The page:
Ransomware Gets an Upgrade
Yes, you read that right. Apparently, hackers, specifically the ones conducting ransomware attacks, are now using a third-party call center to contact victims if they suspect that they’re attempting to restore backups and skip out on paying ransom demands to get data released to them. If you’re not familiar with how ransomware works, you can read our blog from earlier this year that goes into more detail.
In what appears to be a fairly new tactic starting over the summer, ransomware attackers have hired a call center in an attempt to harass and strong-arm businesses into complying with the extortion demands. While the exact location of the operation is still unknown, because the scripting being used to intimidate victims of these ransomware attacks are reportedly very similar, with only slight variations in wording, cyber police have reason to believe that the same call center is being used by several ransomware attackers, including known cyberterrorists Conti and Ryuk.
An incoming call made on behalf of the now-defunct criminal group known as Maze was recently recorded, and the callers had a heavy accent, leading experts to surmise that they were not native English speakers. Below is a redacted transcript of the call provided, originally published on zdnet.com:
“We are aware of a third-party IT company working on your network. We continue to Monitor and know that you were installing SentinelOne antivirus on all your computers. But you should know that it will not help. If you want to stop wasting your time and recover your data this week, we recommend that you discuss the situation with us in the chat or the problems with your network will never end.”
As we’ve reported in previous blogs, ransomware attacks are a type of cybercrime that has grown exponentially over the last few years; its evolution is fascinating and disturbing. In the past, ransomware extortion tactics have included doubling the ransom amount if it wasn’t paid in full by the deadline and threats to leak sensitive information online or to journalists. With the pandemic this year, hackers have found new ways to exploit companies, especially those who now have employees working from home. The ways in which they have found to wreak havoc seem endless.
And it’s not just big companies being affected. Every day people are starting to suffer, even if they’re unaware of the cause. On Dec. 1st, cyberterrorists targeted Translink, the public transportation agency used by the city of Vancouver. Translink posted a tweet confirming it was not, as originally reported, a prolonged technical issue, and only after being forced to come clean by local news outlets. When the ransom was not paid, the attack crippled operations and left untold travelers unable to use their Compass metro cards to pay their fare, nor could they purchase new tickets at the nearby kiosks. It was nearly two days before operations returned to normal. It is still an ongoing investigation with the culprit behind the attack unknown to the general public.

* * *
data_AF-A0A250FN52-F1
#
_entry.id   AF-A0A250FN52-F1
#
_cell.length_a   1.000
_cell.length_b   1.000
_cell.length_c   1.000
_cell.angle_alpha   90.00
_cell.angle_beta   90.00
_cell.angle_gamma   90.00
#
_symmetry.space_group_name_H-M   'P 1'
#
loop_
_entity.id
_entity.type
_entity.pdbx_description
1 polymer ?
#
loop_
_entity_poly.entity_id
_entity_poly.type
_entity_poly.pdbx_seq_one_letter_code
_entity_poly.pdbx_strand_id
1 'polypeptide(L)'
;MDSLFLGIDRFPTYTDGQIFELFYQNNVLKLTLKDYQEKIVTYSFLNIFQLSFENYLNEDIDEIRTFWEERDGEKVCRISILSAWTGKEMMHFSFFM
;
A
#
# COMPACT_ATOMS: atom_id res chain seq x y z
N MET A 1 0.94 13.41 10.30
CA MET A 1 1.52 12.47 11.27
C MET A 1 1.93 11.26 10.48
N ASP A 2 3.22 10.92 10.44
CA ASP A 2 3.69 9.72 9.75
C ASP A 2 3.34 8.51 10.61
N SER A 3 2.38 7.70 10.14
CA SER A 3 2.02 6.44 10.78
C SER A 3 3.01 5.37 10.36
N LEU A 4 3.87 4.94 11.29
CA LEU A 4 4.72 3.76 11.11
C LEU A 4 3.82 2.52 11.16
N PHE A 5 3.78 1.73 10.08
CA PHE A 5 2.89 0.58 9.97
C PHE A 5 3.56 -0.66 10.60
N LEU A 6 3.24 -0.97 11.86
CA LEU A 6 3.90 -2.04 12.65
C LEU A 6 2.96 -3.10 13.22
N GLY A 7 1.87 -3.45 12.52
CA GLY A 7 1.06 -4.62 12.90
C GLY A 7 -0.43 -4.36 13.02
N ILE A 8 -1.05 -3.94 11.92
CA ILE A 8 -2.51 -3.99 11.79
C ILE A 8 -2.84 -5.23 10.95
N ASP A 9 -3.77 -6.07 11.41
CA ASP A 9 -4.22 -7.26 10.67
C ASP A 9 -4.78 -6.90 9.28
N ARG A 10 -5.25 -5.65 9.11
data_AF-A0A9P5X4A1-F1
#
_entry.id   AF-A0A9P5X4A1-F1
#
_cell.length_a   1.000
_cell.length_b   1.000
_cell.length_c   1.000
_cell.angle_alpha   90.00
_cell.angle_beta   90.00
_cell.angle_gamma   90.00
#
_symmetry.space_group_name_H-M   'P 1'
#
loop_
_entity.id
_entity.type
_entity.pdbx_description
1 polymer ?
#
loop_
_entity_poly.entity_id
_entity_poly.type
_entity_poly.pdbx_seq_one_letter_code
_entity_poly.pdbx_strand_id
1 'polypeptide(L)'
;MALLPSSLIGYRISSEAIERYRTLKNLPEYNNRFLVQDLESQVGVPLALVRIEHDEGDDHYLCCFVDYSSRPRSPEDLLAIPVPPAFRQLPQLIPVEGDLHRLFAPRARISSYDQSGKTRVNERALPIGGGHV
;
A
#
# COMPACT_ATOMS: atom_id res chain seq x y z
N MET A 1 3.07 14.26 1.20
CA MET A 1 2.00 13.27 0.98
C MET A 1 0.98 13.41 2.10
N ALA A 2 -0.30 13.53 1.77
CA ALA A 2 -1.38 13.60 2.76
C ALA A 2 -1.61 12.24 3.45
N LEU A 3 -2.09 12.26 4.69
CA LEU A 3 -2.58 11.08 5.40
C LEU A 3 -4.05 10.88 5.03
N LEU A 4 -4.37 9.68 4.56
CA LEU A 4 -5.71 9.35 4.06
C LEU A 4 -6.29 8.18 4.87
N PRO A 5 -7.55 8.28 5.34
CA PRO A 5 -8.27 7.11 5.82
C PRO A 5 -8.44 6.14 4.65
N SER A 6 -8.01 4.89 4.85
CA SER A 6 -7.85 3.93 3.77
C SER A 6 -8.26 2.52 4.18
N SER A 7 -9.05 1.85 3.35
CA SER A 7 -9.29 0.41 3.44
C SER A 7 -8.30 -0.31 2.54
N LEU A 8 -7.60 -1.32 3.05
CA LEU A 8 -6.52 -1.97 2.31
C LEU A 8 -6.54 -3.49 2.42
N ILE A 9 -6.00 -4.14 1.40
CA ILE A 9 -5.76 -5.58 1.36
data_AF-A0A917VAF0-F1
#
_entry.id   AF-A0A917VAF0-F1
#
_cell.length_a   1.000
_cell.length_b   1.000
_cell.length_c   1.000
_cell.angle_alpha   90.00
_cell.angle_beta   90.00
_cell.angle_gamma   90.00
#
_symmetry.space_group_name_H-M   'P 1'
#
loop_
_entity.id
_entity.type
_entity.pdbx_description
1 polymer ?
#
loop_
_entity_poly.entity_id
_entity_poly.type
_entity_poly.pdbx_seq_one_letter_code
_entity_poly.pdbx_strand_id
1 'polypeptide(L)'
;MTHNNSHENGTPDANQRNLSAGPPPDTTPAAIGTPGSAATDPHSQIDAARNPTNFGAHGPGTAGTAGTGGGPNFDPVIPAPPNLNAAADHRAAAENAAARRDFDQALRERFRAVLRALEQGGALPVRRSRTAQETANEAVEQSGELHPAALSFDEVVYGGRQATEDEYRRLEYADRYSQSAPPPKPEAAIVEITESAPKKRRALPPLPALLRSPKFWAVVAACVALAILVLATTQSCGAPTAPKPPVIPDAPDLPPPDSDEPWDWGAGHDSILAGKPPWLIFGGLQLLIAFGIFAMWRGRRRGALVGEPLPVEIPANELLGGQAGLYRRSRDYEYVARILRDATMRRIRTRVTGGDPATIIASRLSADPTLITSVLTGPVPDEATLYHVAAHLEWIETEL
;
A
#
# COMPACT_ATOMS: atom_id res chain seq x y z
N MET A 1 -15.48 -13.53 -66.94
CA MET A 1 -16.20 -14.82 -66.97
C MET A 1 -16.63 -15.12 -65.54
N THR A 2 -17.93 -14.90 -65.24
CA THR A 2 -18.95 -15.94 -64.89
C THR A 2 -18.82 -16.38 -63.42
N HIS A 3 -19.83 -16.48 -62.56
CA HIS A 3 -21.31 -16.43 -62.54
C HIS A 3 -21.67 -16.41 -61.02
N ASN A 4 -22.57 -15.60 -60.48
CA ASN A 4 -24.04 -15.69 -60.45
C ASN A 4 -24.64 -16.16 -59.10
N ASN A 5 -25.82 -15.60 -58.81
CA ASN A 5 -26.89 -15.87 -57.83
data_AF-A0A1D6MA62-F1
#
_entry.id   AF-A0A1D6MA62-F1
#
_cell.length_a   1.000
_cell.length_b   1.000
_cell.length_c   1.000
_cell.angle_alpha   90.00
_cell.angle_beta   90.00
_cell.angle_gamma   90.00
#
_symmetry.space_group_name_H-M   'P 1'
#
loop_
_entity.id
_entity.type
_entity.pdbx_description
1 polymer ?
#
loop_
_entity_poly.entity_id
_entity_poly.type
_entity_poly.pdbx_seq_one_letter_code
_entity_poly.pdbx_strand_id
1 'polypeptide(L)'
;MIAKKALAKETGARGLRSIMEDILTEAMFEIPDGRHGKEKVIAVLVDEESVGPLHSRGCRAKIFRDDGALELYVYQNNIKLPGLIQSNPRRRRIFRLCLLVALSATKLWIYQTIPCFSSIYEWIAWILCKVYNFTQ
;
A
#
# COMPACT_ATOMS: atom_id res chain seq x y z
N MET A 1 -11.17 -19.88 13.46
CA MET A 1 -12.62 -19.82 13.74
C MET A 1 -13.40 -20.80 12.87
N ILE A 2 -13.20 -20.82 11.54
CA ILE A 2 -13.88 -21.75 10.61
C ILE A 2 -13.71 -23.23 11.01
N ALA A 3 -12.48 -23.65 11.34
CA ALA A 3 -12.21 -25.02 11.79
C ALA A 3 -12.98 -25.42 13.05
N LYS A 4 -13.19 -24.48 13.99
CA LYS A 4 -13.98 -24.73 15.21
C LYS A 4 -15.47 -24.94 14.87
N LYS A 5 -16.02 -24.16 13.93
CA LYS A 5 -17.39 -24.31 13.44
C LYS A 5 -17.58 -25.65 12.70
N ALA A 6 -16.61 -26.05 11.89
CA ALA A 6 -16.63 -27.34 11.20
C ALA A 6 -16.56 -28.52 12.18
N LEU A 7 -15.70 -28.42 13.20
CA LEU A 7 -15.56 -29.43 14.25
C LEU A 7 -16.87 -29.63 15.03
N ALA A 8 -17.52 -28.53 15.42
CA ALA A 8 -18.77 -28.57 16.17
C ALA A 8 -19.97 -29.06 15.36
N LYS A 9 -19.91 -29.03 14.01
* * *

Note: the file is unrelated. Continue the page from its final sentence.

Translink wasn’t the only victim of a ransomware attack this month. On December 5th, it was reported that helicopter maker Kopter also suffered an internal breach that allowed hackers to steal encrypted files. When Kopter refused to negotiate with the terrorists, they published those files on the dark web a few days later as a blog on a site owned and operated by the ransomware group who call themselves LockBit. The files included sensitive data such as business documents, internal projects, and aerospace and defense industry standards.
The most stunning attack this month, however, came when cybersecurity giant FireEye was hacked by “a nation-state.” The firm is known for being the go-to for government agencies and companies worldwide who have been the target of a sophisticated cyberattack. An article in the New York Times reported that it was a theft “…akin to bank robbers, who having cleaned out local vaults, then turned around and stole the F.B.I’s investigative tools.”
FireEye reported on Dec. 8th that its systems were breached by what it referred to as a “nation with top-tier offensive capabilities” and that the hackers had gained access to tools that could be used for new attacks around the world. While they have declined to say who precisely was behind the attacks, when the F.B.I turned the case over to Russian specialists, it led many to speculate that hackers were after what the company calls Red Team Tools, which are tools that replicate the most sophisticated hacking tools in the world. At the time this blog is being written, the story is still developing.
The bottom line is that ransomware attacks are not going away anytime soon, and will continue to grow in complexity and sophistication in 2021. The best defense against a ransomware attack is, not surprisingly, a good offense. You don’t want your company to be the only car on the street with unlocked doors and no car alarm. Do everything you can to make hackers look elsewhere for an easier target.
We can help you evaluate your risk level with a free consultation. Contact us today and we will give you an honest evaluation of your company’s cybersecurity, and what can do done to close the gap on any weak spots that are making you a tempting target for cybercriminals. There’s no price on peace of mind!